Flying Insects can Carry Microplastics Through the Air, Study Shows
Plastic pollution is so prevalent that there’s nary a place on earth that is untouched by it, and the problem goes far beyond unsightly beaches and parks. A new study has found that flying insects contribute to plastic contamination by eating microplastics in polluted waters and carrying them through the air.
Microplastics – pieces of plastic less than 5 millimeters in size – remain in the bodies of mosquitoes and other waterborne insects, even after they become adults and take wing, according to researchers in the U.K.
The findings raise concerns that birds and other animals that eat insects are also becoming contaminated with microplastics and that the microscopic particles are working their way up the food chain.
And according to Amanda Callaghan at England’s University of Reading, the finding means that insects and animals that wouldn’t normally have access to microplastics may be consuming the contaminants, including spiders and bats. 
For the study, researchers from the University of Reading in England and Queen’s University in Belfast, Northern Ireland, inserted 2 microscopic particles of polystyrene into young mosquitoes and observed the winged creatures throughout their life cycles. Each piece of polystyrene weighed a mere 1 gram per cubic centimeter. 
The team discovered that the microplastics were still in the mosquitoes’ systems as they passed through each life cycle and eventually became flying adults.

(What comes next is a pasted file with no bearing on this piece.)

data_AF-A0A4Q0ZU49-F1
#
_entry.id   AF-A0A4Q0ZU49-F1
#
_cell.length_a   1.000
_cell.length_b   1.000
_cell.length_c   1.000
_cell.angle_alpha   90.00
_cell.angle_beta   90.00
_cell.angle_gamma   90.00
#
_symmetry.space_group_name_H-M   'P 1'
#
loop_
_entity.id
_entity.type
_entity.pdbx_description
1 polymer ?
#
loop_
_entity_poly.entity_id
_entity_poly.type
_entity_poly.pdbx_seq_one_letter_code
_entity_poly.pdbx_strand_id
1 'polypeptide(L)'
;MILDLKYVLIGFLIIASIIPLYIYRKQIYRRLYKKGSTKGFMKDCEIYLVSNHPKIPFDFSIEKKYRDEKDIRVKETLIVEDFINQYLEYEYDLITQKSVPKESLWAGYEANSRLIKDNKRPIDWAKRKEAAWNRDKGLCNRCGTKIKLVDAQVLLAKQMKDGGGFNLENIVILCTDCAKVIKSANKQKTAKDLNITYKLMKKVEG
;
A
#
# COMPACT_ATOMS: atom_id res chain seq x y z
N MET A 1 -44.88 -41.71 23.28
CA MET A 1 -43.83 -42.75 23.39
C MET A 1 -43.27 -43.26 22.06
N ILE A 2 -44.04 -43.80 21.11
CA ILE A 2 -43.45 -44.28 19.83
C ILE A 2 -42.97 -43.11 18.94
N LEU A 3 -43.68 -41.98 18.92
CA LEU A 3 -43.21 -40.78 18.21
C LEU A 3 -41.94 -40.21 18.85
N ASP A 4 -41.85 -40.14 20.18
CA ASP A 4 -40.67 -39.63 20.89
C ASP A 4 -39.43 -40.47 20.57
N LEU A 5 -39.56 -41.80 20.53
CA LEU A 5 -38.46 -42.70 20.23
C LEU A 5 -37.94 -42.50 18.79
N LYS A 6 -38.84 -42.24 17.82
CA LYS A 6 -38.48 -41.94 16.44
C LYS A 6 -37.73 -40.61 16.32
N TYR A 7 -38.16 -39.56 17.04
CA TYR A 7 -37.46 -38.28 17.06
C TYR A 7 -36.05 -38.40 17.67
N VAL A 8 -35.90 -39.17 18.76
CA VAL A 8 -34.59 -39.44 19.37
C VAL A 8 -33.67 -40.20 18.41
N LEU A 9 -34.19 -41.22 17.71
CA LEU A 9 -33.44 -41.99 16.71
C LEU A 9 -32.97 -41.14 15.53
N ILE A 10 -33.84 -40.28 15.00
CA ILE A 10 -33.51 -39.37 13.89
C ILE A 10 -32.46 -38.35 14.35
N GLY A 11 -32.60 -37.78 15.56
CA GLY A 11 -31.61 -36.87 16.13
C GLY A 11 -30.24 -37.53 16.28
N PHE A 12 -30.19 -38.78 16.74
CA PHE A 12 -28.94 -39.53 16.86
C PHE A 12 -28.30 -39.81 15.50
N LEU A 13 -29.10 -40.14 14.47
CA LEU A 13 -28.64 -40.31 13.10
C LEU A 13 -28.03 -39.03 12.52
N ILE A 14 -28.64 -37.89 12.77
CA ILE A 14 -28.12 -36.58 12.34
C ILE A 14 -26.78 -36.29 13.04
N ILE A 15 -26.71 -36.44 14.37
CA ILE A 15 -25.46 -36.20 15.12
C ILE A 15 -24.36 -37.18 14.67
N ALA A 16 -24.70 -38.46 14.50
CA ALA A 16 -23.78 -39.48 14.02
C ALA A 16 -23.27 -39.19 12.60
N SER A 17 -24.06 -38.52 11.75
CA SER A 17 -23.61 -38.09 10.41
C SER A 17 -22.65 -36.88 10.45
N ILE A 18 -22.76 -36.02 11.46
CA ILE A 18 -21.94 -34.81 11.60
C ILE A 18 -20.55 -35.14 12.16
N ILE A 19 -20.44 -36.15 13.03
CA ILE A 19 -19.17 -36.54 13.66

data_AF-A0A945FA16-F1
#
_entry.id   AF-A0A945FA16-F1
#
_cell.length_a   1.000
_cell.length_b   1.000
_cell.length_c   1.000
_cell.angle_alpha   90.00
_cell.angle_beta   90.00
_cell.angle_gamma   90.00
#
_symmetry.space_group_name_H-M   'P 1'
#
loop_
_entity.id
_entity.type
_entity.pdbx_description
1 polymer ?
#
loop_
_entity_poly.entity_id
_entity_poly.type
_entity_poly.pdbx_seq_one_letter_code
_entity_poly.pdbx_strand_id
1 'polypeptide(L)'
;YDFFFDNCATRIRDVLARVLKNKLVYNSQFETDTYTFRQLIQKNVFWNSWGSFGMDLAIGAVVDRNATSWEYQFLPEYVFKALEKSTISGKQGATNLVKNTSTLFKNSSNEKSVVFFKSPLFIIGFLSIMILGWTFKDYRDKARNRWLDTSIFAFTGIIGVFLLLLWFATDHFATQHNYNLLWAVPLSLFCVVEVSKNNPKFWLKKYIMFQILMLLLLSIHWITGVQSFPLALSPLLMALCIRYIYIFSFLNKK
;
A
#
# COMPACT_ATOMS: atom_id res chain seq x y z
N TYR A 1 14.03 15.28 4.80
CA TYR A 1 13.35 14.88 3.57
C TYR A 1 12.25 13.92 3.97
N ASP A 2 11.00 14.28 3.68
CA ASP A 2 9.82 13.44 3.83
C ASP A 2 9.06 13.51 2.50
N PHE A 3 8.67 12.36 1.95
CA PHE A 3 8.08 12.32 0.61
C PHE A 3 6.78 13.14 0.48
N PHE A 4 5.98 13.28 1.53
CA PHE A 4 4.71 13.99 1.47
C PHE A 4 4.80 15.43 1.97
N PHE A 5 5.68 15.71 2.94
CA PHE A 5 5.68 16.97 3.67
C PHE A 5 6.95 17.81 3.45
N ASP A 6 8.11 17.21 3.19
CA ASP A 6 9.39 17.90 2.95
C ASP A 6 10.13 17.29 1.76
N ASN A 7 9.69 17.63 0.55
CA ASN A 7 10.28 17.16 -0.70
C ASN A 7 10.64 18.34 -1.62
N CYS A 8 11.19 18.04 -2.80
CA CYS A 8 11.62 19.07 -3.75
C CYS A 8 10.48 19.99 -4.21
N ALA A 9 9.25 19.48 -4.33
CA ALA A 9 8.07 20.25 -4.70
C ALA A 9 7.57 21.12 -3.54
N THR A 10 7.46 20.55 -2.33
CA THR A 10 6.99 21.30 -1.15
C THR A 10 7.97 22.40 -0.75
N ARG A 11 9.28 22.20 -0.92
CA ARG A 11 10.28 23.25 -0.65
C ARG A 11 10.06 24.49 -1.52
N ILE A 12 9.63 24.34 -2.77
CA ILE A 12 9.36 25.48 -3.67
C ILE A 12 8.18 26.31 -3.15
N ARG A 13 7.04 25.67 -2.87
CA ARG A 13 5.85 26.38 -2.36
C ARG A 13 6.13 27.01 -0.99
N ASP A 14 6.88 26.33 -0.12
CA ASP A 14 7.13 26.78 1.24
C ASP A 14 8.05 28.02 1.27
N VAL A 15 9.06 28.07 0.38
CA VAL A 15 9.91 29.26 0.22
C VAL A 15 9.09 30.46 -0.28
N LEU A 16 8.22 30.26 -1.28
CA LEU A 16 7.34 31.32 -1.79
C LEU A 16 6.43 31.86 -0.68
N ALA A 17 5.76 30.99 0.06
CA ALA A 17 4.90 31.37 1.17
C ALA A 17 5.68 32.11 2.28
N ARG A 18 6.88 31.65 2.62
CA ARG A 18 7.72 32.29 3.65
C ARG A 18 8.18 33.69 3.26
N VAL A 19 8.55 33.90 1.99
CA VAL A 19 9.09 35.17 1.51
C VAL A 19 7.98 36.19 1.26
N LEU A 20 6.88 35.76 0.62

The authors wrote:
“The transfer of microplastics to the adults represents a potential aerial pathway to contamination of new environments. Thus, any organism that feeds on terrestrial life phases of freshwater insects could be impacted by MPs found in aquatic ecosystems.”
The U.S. Environmental Protection Agency (EPA) explains that mosquitoes and other freshwater insects are consumed by birds, amphibians, fish, and other insects.
It is unfortunately quite common to read reports of sea animals being entangled by plastics, or washing ashore dead with a belly full of plastic bags and bottles.
However, most of the plastics in the ocean – 90% – are microplastics so small that they are invisible to the naked eye, measuring less than 10 millimeters in length. Even if a marine animal tried to avoid consuming plastic waste, it would be nearly impossible for them to do so. 
The Mariana Trench, the deepest point known in the world’s oceans, was once believed to still be in pristine condition. But in 2017, scientists made the grim discovery that the trench had not escaped plastic pollution, and was in fact in no better shape than some of the most polluted waterways in the world.
Just like you can’t see most of the stars in the night sky, you can’t see most of the plastic pollution threatening the planet. In fact, there are more microplastics in the ocean alone than stars in the sky. Let that sink in for a minute. 
Emma Priestland, from the charity Friends of the Earth, commented:
“This disturbing study raises real concerns about the prevalence of plastic pollution: it really is prevalent everywhere, not just the marine environment.”
“Knowing that plastic can be transferred from the larval stage to the adult mosquito, which then serves as food to a multitude of larger animals, highlights the urgency with which we need to drastically reduce our plastic consumption.”
Featured image credit: Current Biology, Wright et al. (altered)